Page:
Bleak House & Bookshops

I have just returned home from a long stint working away in Oxford, directing an adaptation of Charles Dickens’ Bleak House for Creation Theatre.

It has been hard graft but I am so glad I got the opportunity to work with such a wonderful team on this production. It has opened to some fantastic reviews (have a Google if you fancy a read – I have put a couple up on my Director page, too).

The play was set to open for a 5 week run in the amazing bowels of Blackwells, a very old bookshop in Central Oxford, right opposite the Bodleian Library. It took a lot of imagining to find a way of fitting this production – skillfully adapted by writer Olivia Mace from an 800+ page novel to a 2 hour show – deep inside a bookshop with only five actors to perform 20-odd roles and provide music (whose idea was it to eschew the convenient use of any sound that we could not make ourselves? Erm, yep. Never like to make things easy, me). But I wouldn’t have it any other way. The challenge, and the bookshop setting gave me a reason to declare everything; my favourite thing to do in theatre.

There is a real thrill to deciding not to hide anything from the audience; it puts them right with you, and with each other. Here we are in a room filled with bookcases and books. Here is a lighting rig we have had put in specially. Here is a massive story with just 5 actors to play all the parts, as well as instruments. Declaring everything means you can have fun with any problem the staging is causing you: instead of the stress of hiding the difficulty, you celebrate it. So, I had the stage set in the round, so that you could see the actors as they moved about, waiting to spring on to the stage as a new character, providing sound effects with books, voices, instruments. I had the pit lit so you can watch them prepare to play an instrument, or race around the edge to get to their next costume. We celebrated the necessity of onstage character changes – some of which we made very funny, others more sinister or magical. Everything was done with complete honesty and declaration. And playfulness. The actors are working incredibly hard with immense skill to achieve this. Thankfully the audience seem to love it.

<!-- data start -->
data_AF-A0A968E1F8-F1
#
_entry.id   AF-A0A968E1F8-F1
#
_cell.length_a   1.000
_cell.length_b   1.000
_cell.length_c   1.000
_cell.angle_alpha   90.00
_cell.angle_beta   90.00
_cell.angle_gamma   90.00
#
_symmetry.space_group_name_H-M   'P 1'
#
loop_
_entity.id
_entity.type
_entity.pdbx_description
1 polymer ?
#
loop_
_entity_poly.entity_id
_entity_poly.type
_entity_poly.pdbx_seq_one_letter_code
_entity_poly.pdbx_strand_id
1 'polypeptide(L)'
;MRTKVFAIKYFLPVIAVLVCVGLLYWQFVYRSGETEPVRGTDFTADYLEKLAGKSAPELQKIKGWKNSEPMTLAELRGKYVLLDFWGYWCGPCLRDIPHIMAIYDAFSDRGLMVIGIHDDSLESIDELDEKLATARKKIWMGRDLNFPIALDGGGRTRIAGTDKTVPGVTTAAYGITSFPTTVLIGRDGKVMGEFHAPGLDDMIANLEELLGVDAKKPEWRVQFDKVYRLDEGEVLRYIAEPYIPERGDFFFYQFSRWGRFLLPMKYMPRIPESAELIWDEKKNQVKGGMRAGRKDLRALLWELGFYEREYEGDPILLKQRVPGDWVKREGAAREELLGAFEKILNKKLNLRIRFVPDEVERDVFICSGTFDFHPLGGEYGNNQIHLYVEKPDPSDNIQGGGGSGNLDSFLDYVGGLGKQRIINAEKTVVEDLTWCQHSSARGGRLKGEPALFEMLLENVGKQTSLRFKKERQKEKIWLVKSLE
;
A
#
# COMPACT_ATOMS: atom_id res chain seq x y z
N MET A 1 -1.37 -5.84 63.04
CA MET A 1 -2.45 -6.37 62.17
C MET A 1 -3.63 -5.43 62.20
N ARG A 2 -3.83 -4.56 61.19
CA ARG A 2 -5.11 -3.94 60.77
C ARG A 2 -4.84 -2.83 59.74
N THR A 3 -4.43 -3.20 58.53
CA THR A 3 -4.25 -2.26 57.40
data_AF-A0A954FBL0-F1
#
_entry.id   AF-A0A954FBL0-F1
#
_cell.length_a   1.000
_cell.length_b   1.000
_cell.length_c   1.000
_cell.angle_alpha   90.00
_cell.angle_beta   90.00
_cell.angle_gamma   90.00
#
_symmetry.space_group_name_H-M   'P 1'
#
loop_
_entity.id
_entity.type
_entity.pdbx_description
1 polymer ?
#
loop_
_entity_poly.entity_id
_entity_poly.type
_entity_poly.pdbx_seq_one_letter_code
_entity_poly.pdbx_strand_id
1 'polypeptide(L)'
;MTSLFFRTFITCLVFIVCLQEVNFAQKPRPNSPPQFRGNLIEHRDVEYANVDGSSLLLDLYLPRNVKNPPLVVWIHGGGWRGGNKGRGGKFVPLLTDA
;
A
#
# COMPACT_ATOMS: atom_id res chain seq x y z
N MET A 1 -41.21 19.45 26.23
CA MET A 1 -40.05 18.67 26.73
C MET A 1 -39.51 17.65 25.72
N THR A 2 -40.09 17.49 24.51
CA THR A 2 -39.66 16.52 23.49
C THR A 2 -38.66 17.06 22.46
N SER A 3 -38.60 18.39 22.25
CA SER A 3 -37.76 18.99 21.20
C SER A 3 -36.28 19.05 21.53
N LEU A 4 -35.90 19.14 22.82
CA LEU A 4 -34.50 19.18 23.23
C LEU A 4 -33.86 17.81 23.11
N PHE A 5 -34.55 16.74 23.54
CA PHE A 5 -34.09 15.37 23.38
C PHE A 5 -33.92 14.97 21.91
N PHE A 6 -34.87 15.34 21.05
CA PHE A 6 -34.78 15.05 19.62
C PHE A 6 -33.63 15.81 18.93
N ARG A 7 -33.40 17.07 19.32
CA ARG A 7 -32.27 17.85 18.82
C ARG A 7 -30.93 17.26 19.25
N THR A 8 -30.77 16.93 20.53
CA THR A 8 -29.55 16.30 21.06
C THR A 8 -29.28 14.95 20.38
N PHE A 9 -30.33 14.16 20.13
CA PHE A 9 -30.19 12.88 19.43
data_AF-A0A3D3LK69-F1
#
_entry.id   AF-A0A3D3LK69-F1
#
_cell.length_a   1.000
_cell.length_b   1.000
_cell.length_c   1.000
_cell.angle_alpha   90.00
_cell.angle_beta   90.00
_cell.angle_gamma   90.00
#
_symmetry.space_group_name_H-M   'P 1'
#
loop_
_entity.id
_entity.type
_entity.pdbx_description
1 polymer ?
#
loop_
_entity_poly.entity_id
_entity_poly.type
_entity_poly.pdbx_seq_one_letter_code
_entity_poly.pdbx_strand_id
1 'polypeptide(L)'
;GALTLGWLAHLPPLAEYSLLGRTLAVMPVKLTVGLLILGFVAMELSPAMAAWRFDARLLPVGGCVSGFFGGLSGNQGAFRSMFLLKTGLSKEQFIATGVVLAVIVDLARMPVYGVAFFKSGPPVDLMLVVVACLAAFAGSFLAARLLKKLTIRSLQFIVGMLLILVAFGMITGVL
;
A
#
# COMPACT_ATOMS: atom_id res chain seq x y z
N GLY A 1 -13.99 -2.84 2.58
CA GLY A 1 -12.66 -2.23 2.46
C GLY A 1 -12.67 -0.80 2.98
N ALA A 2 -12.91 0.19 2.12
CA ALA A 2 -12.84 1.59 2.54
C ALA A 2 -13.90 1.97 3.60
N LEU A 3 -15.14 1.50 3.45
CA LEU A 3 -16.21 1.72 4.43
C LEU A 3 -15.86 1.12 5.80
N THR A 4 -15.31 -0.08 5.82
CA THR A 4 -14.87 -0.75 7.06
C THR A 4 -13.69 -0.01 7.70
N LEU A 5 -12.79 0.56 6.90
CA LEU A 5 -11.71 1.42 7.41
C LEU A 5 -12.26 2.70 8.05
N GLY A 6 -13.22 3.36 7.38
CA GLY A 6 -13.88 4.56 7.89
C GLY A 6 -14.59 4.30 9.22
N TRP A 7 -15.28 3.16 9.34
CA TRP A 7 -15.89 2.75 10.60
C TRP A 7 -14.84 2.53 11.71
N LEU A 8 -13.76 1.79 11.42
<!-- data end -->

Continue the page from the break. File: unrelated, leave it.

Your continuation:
There is a lot of room for humour when you celebrate staging problems. For example, there was one character who happened to be around when we had to do a big chunk of scene changing, a French maid called Hortense. Instead of dimming the lights for ladders and papers to be moved discreetly, I asked her to make a meal of how difficult the scene change was, and the fact that she had to do it by herself, by muttering crossly in French under her breath and then occasionally exploding in an incongruous French-isms (J’habite en Aberdeen!) to share her indignation with the audience. It was hilarious, and the scene change became the centre of her charater arc for us in rehearsal. It has added more than just comedy to the actor’s performance of this character. It has added a depth – why was she so angry? And pathos – what has she to lose? It was a lovely discovery that is still paying us back handsomely.

Our production of Bleak House is shot through with this kind of fun but that is not to say that the play does not have its serious side too. Liv’s adaptation is about social status and the haves and have nots. It is about fate, and chance. It is about love and loss and learning acceptance. I wanted to leave plenty of space for that so decided upon a very simple set of staging requirements; ladders and papers and books were all I wanted to use. Things you would find in a bookshop. The papers were of course the documents that drive the play (and drive some characters in the play mad) , but they were also the London fog; and the fog of paperwork that people in the story have to fight through. Ladders became places of respite as well as ambition. They became carriages and bird-lofts, ways underground and ways above everything. And books provided us with love letters, gunshots, horse hooves, wild birds and pages and pages and pages.

At the centre of all this is the story Liv decided to pull out of Dickens’ classic and retell. And I hope that story is alive right now in Oxford, as I type away in my study in West Yorkshire. It’s 7.31pm and tonight’s show will have just gone up. The cast will be singing in glorious harmony, papers will be ready to flutter down over the set and scores of imaginations in Blackwell’s bookshop will be running riot as they watch this amazing cast and a show we are all so proud of. I hope, if you are nearby enough, you manage to join them one night.

Bleak House runs at Blackwell’s Bookshop, Oxford, until 7th March. Tickets can be booked here.

Produced by Creation Theatre
Adaptation by Olivia Mace
Directed by Debs Newbold
Musical Director, Joseph Atkins
DSM/Superwoman, Lucy Quinton
Ensemble Players: Joanna Holden, Eleanor House, Sophie Jacob, Bart Lambert, Morgan Philpott.